The inflammatory response should be considered a protective immune reaction of the host aimed at the removal of pathogens, sometimes irrespective of negative side-effects. In this review we discuss the differential contribution of macrophages and neutrophilic granulocytes to nitrosative stress in vivo and discuss how the timing and concentration of nitric oxide (NO.) are important factors determining the degree of nitrosative stress during parasite-induced inflammation. Infections of common carp (Cyprinus carpio) with the extracellular protozoan parasite Trypanoplasma borreli provide an excellent example of how adaptation and homeostasis are essential elements of the host-pathogen relationship. On the one hand, host-derived NO. interferes with clearance of IgM from the parasite surface and thus can be considered a protective immune reaction of the host. On the other hand, it is essential that the host limits the risks associated with the production of NO., preventing suppressive effects on lymphocyte proliferation. We review, for both host and parasite, the role of oxygen and nitrogen radicals in the induction of nitrosative stress and the importance of antioxidant compounds for protection against these radicals. Finally, mediators of inflammation such as cytokines, chemokines or alarmins that are involved in the inflammatory response will be discussed in the context of the carp-T. borreli infection model.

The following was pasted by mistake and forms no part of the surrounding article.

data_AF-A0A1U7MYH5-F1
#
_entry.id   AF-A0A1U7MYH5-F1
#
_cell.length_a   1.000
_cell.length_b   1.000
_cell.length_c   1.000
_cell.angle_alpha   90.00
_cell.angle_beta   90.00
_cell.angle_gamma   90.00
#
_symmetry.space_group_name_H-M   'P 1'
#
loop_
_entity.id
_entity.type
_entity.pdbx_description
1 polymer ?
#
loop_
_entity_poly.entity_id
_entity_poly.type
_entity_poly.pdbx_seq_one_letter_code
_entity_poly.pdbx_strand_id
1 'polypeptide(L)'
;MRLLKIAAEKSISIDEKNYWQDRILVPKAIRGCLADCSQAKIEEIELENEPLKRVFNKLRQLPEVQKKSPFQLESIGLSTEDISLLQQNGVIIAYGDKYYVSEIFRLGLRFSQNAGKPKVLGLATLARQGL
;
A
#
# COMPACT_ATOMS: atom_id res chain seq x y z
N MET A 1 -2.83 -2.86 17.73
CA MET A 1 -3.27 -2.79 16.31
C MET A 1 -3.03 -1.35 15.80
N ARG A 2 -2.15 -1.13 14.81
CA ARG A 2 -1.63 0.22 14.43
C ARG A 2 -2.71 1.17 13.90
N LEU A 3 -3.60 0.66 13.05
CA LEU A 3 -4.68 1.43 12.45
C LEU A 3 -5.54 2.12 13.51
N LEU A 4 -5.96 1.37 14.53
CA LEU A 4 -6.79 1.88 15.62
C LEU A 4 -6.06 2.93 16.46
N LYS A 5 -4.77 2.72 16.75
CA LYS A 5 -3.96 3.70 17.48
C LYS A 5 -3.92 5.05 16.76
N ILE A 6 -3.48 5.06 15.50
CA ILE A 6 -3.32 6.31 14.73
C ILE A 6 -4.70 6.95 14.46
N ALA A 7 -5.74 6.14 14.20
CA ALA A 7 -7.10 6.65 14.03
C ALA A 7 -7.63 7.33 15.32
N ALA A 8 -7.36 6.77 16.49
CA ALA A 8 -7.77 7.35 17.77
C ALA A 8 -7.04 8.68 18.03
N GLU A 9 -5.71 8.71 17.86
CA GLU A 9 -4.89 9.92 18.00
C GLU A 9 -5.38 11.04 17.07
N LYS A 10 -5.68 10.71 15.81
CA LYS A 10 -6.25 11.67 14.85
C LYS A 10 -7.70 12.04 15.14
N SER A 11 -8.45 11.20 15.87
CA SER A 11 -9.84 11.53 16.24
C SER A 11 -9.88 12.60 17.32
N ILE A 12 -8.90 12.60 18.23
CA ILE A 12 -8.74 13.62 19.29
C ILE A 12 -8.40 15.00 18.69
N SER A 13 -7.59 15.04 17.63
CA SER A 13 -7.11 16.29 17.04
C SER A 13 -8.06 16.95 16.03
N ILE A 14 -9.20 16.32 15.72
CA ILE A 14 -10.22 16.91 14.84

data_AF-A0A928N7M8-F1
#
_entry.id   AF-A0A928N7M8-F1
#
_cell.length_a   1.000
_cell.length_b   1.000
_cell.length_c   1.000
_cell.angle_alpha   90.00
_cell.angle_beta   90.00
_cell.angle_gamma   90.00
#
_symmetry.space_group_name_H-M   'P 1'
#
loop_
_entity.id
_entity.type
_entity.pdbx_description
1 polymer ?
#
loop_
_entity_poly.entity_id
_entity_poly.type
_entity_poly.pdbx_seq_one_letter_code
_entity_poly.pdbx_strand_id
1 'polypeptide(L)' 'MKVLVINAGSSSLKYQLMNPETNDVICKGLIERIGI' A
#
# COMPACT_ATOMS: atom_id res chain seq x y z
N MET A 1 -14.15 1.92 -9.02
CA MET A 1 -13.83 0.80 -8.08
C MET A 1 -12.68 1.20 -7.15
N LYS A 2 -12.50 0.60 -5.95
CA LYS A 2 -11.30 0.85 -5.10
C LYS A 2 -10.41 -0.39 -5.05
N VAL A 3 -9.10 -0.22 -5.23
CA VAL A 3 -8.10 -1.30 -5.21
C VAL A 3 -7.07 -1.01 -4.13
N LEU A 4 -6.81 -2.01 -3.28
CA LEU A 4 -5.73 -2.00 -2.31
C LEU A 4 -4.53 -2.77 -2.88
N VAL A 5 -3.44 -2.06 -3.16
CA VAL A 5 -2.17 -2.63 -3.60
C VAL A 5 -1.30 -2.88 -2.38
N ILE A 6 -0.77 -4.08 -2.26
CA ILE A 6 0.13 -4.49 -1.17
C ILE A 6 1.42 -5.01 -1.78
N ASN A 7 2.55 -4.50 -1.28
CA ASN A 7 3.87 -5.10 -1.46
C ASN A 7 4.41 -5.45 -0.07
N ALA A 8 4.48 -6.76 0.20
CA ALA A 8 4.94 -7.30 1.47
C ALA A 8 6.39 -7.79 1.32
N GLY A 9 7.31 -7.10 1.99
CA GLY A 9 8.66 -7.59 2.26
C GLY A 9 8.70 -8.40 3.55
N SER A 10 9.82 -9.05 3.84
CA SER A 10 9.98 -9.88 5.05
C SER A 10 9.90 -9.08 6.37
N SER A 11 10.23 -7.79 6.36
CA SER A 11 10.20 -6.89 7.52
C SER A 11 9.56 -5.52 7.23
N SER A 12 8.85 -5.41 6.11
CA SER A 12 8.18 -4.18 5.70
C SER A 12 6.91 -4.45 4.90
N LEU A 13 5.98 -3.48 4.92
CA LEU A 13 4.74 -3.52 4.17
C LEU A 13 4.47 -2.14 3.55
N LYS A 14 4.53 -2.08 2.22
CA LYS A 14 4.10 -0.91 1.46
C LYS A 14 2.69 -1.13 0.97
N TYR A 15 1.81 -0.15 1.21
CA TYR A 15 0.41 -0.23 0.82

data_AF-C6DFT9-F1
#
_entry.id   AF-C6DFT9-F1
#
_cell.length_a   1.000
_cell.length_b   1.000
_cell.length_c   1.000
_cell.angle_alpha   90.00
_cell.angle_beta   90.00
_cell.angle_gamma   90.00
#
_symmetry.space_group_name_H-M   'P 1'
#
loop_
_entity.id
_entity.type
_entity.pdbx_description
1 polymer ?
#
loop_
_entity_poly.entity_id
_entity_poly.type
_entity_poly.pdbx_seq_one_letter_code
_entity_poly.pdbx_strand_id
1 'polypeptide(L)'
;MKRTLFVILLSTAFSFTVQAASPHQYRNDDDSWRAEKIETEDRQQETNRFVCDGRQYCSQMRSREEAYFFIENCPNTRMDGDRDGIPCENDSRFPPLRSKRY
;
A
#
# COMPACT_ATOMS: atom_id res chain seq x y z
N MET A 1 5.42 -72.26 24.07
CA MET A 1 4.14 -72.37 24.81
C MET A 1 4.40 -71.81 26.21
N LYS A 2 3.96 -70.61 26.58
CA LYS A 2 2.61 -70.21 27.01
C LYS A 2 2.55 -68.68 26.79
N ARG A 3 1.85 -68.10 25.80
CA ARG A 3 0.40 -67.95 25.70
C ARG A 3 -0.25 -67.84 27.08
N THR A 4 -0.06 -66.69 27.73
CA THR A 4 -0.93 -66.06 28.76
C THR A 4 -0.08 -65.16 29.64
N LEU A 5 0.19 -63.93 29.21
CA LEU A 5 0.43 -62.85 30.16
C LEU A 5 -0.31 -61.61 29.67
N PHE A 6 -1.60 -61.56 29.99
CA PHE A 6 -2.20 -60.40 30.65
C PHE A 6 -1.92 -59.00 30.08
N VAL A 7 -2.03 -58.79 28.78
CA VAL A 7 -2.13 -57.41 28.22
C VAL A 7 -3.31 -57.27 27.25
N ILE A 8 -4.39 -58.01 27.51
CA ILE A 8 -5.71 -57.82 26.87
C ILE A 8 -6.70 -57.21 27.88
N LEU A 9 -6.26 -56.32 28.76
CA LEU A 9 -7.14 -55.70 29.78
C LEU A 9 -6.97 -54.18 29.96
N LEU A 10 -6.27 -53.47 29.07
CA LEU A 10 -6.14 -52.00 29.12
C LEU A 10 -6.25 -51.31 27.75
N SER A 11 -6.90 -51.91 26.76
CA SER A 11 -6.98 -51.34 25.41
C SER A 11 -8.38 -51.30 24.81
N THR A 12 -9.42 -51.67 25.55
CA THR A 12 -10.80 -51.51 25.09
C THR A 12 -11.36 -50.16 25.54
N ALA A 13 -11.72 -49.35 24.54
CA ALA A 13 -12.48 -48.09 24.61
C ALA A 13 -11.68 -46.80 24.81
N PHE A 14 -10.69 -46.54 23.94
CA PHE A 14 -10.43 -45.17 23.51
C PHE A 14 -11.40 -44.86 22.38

Keywords: Nitrosative stress, inflammation, teleost, myeloperoxidase, macrophages, neutrophilic granulocytes, nitric oxide, protozoan parasites
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